African American history professor Clayborne Carson was born on June 15, 1944 in Buffalo, New York to parents Clayborne Carson and Louise (Lee) Carson. He grew up near Los Alamos, New Mexico. Carson attended the University of California, Los Angeles where he studied history and graduated with his B.A. degree in 1967, his M.A. degree in 1971, and his Ph.D. degree in 1975.

Prior to academia, Carson worked as a laboratory assistant at Los Alamos Scientific Laboratory, an editor for Audience Studies, Inc., a staff writer for the Los Angeles Free Press, and a computer programmer in the Survey Research Center at the University of California, Los Angeles. He joined the faculty of the history department at UCLA as an acting assistant professor in 1971, before being hired as assistant professor at Stanford University in 1974. Caron was promoted to associate professor at Stanford University in 1981. In 1985, Coretta Scott King requested that Carson became senior editor of an ongoing multi-volume project, The Papers of Martin Luther King, Jr.. Carson was promoted to professor of American history in 1991, and became founding director of the Martin Luther King, Jr. Research and Education Institute in 2005. Carson’s academic appointments outside Stanford University include teaching and lecturing in Great Britain, France, China, South Africa, Zimbabwe, and Tanzania; as well as visiting professorships at the American University, the University of California at Berkeley, and Emory University.

Carson contributions include works of fiction and non-fiction, documentaries, and other creative productions. His most notable scholarship includes, The Autobiography of Martin Luther King, Jr. (1998) and In Struggle: SNCC and the Black Awakening of the 1960’s (1981). He served as senior advisor for the Public Broadcasting System’s (PBS) fourteen-part documentary series “Eyes on the Prize”; and as historical advisor for the motion pictures “Freedom on My Mind” (1995), “Chicano!” (1996), and “Blacks and Jews” (1997). Carson, along with Roma Design Group, created the winning proposal in an international competition to design a national memorial for King in Washington, D.C.; and he authored “Passages of Martin Luther King” (1993), a docudrama.

As a member of professional organizations, Carson has been considerably active throughout his career. Those affiliations include: the American Historical Association (AHA), the Organization of American Historians (OAH), the Social Science History Association (SSHA), the Association for the Study of Afro-American Life and History (ASAALH), and the Southern Historical Association. In 1995, Carson received the OAH Frederick Jackson Turner Award for, In Struggle: . In addition, he served as an Andrew Mellon Fellow at Stanford University, the Center for the Study of Civil Rights and Race Relations at Duke University, and the Center for Advanced Study in the Behavioral Sciences at Stanford University.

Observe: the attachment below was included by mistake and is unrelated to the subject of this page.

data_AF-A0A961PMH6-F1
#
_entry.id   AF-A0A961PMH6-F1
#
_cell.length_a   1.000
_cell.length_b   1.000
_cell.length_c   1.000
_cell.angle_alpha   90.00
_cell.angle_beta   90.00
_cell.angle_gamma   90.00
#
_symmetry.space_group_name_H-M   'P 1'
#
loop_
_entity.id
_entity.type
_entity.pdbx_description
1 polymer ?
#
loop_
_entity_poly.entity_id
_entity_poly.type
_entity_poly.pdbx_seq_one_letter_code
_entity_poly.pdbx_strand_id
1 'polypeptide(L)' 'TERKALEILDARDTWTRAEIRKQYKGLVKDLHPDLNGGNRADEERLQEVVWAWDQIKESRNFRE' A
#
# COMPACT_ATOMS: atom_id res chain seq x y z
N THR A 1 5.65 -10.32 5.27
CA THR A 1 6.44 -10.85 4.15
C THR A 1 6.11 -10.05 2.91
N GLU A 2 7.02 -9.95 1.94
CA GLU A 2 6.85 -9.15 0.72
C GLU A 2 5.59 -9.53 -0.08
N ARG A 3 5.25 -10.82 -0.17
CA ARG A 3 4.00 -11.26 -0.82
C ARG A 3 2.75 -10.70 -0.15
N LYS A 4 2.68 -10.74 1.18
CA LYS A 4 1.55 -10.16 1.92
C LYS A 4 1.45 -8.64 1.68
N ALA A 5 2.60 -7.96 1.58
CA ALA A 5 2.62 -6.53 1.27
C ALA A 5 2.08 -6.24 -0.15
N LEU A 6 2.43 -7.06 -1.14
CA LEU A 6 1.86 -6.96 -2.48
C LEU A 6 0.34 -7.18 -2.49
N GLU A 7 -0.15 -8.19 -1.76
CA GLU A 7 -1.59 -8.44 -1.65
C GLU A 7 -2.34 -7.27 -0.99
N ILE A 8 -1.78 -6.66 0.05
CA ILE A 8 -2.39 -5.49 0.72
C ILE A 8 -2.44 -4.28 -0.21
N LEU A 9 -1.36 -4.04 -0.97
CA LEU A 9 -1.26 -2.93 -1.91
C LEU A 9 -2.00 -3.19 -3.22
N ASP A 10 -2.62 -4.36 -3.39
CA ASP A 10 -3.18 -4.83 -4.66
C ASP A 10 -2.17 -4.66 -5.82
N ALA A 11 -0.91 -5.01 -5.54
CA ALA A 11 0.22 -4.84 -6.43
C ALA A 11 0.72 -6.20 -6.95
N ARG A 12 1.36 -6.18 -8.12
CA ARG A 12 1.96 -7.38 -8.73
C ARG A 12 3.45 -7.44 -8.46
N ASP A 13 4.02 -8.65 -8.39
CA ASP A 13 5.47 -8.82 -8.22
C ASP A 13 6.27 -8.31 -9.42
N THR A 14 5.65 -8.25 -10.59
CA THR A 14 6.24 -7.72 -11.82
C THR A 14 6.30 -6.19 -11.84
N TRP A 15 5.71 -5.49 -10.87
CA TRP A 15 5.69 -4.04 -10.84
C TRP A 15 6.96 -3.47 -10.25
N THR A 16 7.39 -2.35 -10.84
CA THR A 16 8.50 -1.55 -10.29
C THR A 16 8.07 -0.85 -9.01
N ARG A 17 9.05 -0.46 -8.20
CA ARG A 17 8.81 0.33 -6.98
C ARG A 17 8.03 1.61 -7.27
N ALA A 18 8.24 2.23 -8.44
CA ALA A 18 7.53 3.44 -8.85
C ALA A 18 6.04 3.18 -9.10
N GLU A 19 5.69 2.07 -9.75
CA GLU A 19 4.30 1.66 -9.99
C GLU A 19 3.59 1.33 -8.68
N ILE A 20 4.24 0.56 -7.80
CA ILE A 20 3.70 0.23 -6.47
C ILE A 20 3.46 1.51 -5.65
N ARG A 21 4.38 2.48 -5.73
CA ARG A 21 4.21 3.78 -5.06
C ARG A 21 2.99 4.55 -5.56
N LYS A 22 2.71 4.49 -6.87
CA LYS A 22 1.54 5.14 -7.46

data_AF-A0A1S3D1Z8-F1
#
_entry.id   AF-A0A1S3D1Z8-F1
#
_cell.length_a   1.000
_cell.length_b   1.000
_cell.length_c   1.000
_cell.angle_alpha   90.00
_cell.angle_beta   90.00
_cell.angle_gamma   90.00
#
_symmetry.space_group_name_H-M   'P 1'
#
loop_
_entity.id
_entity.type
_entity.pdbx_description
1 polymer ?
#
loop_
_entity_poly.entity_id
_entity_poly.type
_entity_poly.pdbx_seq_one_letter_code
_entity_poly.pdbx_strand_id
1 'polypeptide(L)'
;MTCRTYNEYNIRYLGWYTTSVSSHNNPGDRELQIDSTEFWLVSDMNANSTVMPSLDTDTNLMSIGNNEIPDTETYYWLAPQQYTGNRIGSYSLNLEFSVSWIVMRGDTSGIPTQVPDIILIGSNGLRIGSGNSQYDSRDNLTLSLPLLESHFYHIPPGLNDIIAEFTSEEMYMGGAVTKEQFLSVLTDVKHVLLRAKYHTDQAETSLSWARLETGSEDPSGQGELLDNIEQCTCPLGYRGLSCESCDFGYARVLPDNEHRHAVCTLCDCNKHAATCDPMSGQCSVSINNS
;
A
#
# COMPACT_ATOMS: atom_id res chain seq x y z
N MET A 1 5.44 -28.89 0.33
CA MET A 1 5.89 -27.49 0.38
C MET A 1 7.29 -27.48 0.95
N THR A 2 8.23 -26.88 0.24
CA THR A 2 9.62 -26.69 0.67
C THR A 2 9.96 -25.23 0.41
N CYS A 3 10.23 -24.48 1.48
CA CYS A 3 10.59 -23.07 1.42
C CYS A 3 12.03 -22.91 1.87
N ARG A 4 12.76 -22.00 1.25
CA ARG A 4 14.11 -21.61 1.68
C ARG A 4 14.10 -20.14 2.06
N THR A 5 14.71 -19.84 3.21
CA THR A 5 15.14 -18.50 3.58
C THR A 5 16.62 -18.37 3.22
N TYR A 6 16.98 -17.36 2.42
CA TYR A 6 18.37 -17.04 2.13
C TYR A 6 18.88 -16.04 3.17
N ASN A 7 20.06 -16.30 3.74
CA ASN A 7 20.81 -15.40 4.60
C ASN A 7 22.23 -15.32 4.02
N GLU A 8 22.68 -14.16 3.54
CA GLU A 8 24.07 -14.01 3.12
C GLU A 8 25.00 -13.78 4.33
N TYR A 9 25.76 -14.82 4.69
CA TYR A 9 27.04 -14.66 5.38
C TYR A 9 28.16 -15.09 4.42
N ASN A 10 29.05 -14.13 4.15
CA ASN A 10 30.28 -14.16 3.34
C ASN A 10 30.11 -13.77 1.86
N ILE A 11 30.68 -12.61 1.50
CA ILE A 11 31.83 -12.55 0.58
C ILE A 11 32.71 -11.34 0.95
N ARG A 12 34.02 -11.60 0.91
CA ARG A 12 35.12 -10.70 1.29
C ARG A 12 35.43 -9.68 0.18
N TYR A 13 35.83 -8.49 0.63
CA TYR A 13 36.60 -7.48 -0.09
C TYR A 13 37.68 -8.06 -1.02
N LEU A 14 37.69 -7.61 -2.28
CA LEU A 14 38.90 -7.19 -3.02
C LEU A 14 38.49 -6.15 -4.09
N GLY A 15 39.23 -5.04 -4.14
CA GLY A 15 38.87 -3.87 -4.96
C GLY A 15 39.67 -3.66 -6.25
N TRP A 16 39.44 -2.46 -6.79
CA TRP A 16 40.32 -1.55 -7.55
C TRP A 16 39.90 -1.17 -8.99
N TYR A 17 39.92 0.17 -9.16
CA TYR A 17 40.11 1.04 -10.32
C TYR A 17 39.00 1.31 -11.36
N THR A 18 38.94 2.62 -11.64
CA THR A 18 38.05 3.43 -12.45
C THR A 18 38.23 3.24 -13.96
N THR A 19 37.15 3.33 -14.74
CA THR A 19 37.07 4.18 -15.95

Carson lives with his wife, Susan Ann Carson, who until her retirement was the managing editor of the King Papers Project, in Palo Alto, California. They have two children: Malcolm Carson, an attorney; and Temera Carson, a social worker.

Clayborne Carson was interviewed by The HistoryMakers on November 7, 2013.

Accession Number

A2013.257

Sex

Male

Interview Date

11/7/2013 |and| 12/12/2015

Last Name

Carson

Maker Category
Marital Status

Married

Schools

University of California, Los Angeles

First Name

Clayborne

Birth City, State, Country

Buffalo

HM ID

CAR27

Favorite Season

Spring, Summer

State

New York

Favorite Vacation Destination

Hawaii

Favorite Quote

None

Bio Photo
Speakers Bureau Region State

California

Birth Date

6/15/1944

Birth Place Term
Speakers Bureau Region City

Bay Area/Stanford

Country

United States

Favorite Food

Salmon

Short Description

African american history professor Clayborne Carson (1944 - ) served as professor of American history at Stanford University, senior editor of The Papers of Martin Luther King, Jr., and as founding director of the Martin Luther King, Jr. Research and Education Institute.

Employment

Los Alamos National Laboratory

Audience Studies, Inc.

Los Angeles Free Press

University of California, Los Angeles Survey Research Center

University of California, Los Angeles

Stanford University

University of California, Berkeley

American University

Center for Advanced Study in the Behavioral Sciences

Martin Luther King, Jr. Papers Project, Stanford University

Emory University

L'Ecole des hautes etudes en sciences sociales

Morehouse College

Martin Luther King, Jr. Research and Education Institute, Stanford University

Favorite Color

Blue